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Free Weights, Cables, or Guided Machines

One is not necessarily better than the other two, but each type of equipment has its own advantages and disadvantages.  Free-weights are typically the toughest to control of the three since you have full control to move them in any direction.  This can be a good thing in the right hands, or a bad thing in the wrong hands.  If you are new to weight lifting and are not completely sure how to perform an exercise, free weights will be the most difficult to use properly.  On the other hand, if you are an experienced lifter and use correct form, free-weights will give you the most control to manipulate an exercise for a better result.  Everyone has a slightly different bone and muscle structure, and free-weights allow the user to adapt the exercise to fit them.  For instance, on a chest press machine you can’t adjust the exact line of motion to get the precise angle necessary to target a very specific area of your choice.

Cables are the middle ground between free weights and guided machines.  Cables give the user control, but not quite as much as free weights because they will always pull back to the same point.  One advantage of that is being able to change the direction in which the weight is pulling from.  Where a free weight will obviously always be resisting downward because of gravity, the user can choose the location that the resistance comes from with a cable.

Guided machines can be helpful for a beginner to learn how to perform an exercise, but can also be harmful.  Machines are typically easier to use, but require very little control from the user.  But more importantly- since machines usually only allow a set motion, the user can push or pull at an incorrect angle and never know it since the machine will still move the same way.   This can lead to unnecessary stress being placed on the muscles of the rotator cuff, and can lead to a variety of injuries.  There are still plenty of reasons to use these machines, but it should never be assumed that form is any less important on a machine than on free weights or cables!  I usually have beginner clients learn an exercise on a machine, and progress toward cables and free weights shortly after.  Even for advanced users there is still a place for machines in a workout routine though, especially isolation routines.  Variety is very important in any workout program, and when working only 1-2 body parts in a single workout it can be helpful to use machines later in the workout when control is dwindling.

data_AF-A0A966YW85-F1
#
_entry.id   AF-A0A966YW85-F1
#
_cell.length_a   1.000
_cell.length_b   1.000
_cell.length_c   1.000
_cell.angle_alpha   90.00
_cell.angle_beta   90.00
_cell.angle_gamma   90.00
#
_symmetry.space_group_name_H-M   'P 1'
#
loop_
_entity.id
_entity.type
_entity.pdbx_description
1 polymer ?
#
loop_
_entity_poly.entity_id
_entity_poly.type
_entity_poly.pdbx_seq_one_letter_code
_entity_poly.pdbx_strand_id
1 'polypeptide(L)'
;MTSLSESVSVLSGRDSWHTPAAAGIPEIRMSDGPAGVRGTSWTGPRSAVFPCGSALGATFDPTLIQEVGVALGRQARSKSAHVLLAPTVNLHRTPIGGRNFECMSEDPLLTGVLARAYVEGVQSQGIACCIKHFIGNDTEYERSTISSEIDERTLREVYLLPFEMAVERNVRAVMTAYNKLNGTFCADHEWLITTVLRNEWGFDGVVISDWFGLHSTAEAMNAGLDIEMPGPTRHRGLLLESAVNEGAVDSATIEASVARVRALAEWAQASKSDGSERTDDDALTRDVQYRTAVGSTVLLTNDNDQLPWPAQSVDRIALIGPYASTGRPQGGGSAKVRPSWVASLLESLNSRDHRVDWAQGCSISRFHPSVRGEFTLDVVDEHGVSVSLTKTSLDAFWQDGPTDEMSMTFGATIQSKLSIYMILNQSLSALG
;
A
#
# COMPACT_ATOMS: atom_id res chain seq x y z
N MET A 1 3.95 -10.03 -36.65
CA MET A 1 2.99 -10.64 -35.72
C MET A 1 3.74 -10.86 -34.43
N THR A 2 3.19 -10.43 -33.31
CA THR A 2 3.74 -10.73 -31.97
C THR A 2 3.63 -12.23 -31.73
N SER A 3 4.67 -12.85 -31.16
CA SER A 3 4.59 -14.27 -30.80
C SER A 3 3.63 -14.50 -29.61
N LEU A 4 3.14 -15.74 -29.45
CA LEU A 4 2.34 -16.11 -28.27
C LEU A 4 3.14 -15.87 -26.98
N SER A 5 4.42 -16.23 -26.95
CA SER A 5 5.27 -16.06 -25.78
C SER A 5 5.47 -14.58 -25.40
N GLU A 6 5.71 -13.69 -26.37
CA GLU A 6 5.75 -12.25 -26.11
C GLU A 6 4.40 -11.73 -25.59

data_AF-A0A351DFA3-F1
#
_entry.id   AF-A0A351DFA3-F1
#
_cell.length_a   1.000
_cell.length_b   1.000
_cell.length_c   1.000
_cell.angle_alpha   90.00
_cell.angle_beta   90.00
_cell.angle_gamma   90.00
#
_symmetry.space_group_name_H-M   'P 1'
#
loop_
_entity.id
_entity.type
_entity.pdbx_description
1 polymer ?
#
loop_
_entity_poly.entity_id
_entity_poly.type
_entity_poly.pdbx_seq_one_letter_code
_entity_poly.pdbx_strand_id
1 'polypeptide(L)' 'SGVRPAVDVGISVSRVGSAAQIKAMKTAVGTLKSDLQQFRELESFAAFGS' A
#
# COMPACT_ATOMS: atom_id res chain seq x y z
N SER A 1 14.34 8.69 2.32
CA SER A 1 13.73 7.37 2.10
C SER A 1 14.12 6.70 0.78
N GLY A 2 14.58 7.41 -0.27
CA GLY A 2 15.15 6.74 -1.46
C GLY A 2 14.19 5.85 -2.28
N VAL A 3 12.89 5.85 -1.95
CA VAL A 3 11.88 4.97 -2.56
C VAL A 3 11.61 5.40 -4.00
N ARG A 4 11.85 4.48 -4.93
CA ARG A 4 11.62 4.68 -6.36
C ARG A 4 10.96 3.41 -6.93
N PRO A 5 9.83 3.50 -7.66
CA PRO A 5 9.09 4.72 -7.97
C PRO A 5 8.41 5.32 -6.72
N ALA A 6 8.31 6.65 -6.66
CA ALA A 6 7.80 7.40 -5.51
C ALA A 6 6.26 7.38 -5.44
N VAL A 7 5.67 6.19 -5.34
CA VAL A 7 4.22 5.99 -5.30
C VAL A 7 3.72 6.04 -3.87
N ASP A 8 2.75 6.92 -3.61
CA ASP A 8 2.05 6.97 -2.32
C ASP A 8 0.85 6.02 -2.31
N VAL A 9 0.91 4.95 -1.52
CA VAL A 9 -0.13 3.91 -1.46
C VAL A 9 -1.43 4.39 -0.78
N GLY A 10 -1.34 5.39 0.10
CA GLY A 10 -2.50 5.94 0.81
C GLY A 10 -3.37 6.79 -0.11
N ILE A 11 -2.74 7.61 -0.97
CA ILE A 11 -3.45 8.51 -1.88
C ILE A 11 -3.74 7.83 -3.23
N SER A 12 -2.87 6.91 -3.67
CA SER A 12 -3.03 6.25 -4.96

Clearly there is a place for all types of equipment, you just have to know how and when to use them!

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Isolation Exercises vs Full Body Exercises

There is no right or wrong answer here, it depends on the person, the goal, and the amount of time available.  If done correctly, isolation exercises have the most potential to build muscle- but even though this type of routine will typically only include working a couple of body parts per day, more days of working out per week are needed and more cardio sessions will be necessary.

Exercise programs based around full body exercises will burn more calories during the workout, but will make it harder to develop individual body parts that are under-developed.  On these exercises, it is common for the strongest body parts to take over and the weakest body parts to do very little.  Thus the strong get stronger and the weak get weaker!  However, if time is a major limitation, full body exercise might be the only way to burn enough calories to ensure weight loss.  When doing full body exercises one after another, you are in essence doing weights and cardio at the same time.